Horace Brodzky

Name

Horace Brodzky

Other names

BRODZKY, Horace Ascher

HB [in monogram]

Culture

American | Australian | English

Gender

Male

Birth date

30 January 1885

Birth place

Kew, Victoria, Australia View on map Close map

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Death date

11 February 1969

Death Place

London, England View on map Close map

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Movements

USA 1905-07; England 1908-14; USA 1915-22; England from 1923

Occupations

Artist (painter) | Artist (water-colouristist) | Drawer | Painter | Printmaker

Summary

Worked: Australia (VIC, USA, England. Etchings, Linocuts, Monotypes, Woodcuts

NGA IRN

17068

Context

Australia

Biography

Horace Brodzky

Born in Melbourne, Horace Brodzky was the second son of Maurice Brodzky, journalist of The Herald and later publisher of Table Talk. In 1901, 1904 and 1905, he attended the National Gallery School, and in 1905 travelled to San Francisco and later New York. He moved to London in 1908 and studied at the City and Guilds Art School in Kensington during 1911. In that year he also visited Rome, Naples, and Sicily in the company of the American poet John Gould Fletcher. Between 1911 and 1915 he exhibited in England and joined with the London Group in 1914. He was closely associated with Gaudier-Brzeska during the years before Brzeska's death in 1915, after which he returned to New York. There he worked in paintings, woodcuts, etchings, theatre designs, art editing and journalism. During these eight years in New York he exhibited with the Temporary Group and formed a friendship with Jules Pascin.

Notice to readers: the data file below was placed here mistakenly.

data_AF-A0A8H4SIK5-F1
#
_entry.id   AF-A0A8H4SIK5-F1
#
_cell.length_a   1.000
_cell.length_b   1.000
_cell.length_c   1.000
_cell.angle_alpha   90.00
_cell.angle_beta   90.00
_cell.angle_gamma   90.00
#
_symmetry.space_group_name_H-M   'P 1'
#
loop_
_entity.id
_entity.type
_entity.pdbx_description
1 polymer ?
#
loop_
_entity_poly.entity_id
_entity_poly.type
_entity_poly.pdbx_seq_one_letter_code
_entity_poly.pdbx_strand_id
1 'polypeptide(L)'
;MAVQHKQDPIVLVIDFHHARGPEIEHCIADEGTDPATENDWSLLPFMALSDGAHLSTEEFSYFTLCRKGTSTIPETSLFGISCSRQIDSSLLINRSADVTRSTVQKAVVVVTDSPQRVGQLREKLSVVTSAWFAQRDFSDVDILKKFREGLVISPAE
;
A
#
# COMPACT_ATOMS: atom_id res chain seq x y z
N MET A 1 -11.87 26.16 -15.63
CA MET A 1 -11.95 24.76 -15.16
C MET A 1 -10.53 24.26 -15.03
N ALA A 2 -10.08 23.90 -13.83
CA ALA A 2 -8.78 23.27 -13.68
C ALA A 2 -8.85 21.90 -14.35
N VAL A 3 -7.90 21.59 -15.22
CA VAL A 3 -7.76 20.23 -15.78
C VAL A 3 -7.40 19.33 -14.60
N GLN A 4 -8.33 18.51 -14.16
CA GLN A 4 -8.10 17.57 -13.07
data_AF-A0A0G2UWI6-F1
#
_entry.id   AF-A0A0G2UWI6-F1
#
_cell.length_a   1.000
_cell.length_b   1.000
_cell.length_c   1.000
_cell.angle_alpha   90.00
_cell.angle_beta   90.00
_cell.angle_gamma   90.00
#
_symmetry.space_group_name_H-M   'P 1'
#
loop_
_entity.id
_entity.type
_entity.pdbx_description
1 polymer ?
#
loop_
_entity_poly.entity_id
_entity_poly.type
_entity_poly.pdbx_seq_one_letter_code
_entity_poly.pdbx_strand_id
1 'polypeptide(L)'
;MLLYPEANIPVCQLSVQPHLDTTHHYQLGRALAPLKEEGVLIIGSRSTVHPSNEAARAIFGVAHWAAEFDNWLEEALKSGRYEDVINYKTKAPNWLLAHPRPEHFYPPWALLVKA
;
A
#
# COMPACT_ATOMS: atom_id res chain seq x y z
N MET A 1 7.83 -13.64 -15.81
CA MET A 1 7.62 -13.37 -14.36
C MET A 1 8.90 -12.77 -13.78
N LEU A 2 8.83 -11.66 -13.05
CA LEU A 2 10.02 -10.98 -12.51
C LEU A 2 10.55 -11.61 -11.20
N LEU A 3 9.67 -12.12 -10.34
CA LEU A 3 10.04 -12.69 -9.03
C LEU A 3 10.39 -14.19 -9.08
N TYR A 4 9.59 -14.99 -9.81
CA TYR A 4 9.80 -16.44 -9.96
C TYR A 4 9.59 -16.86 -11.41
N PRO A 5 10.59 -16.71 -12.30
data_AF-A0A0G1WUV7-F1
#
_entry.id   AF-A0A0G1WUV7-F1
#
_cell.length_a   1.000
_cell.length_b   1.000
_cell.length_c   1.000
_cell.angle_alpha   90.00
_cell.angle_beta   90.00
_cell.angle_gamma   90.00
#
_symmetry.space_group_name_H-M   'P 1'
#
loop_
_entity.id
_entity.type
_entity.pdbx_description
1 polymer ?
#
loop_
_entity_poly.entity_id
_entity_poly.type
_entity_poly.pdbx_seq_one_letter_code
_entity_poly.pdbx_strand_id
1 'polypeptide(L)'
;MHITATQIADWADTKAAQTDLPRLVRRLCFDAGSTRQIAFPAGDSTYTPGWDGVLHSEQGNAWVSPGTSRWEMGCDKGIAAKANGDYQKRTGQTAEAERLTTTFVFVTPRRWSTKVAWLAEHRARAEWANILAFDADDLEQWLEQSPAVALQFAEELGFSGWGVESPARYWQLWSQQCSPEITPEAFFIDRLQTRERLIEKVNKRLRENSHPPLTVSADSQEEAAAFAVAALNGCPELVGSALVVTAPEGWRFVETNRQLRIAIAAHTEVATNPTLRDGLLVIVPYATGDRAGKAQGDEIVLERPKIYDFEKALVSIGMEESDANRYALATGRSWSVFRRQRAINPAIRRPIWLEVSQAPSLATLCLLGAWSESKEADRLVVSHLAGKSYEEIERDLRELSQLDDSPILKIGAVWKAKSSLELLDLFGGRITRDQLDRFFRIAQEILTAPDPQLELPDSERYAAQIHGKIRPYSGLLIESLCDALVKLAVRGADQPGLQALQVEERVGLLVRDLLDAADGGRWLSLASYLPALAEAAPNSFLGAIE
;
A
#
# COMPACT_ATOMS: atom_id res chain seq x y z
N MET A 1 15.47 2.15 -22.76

The prints that he produced in the United States secured him a reputation as a leading contemporary artist. An etching such as From Bryant Park is a major exhibition print, while in his small drypoints Brodsky uses the etching plate like a page from a sketchbook. In 1920 Egmont Arens published a Portfolio of linocuts which brought together Brodzky's highly simplified New York prints in this technique.

Brodzky returned to London in 1923, where he lived until his death in 1969. His woodcuts and linocuts usually have a socialist leaning, while his many etchings and drypoints are of landscapes and nudes.

In the 1970s some of his linocuts and etchings were reprinted. These are usually signed below the image on the left (rather than the right).

© Australianprints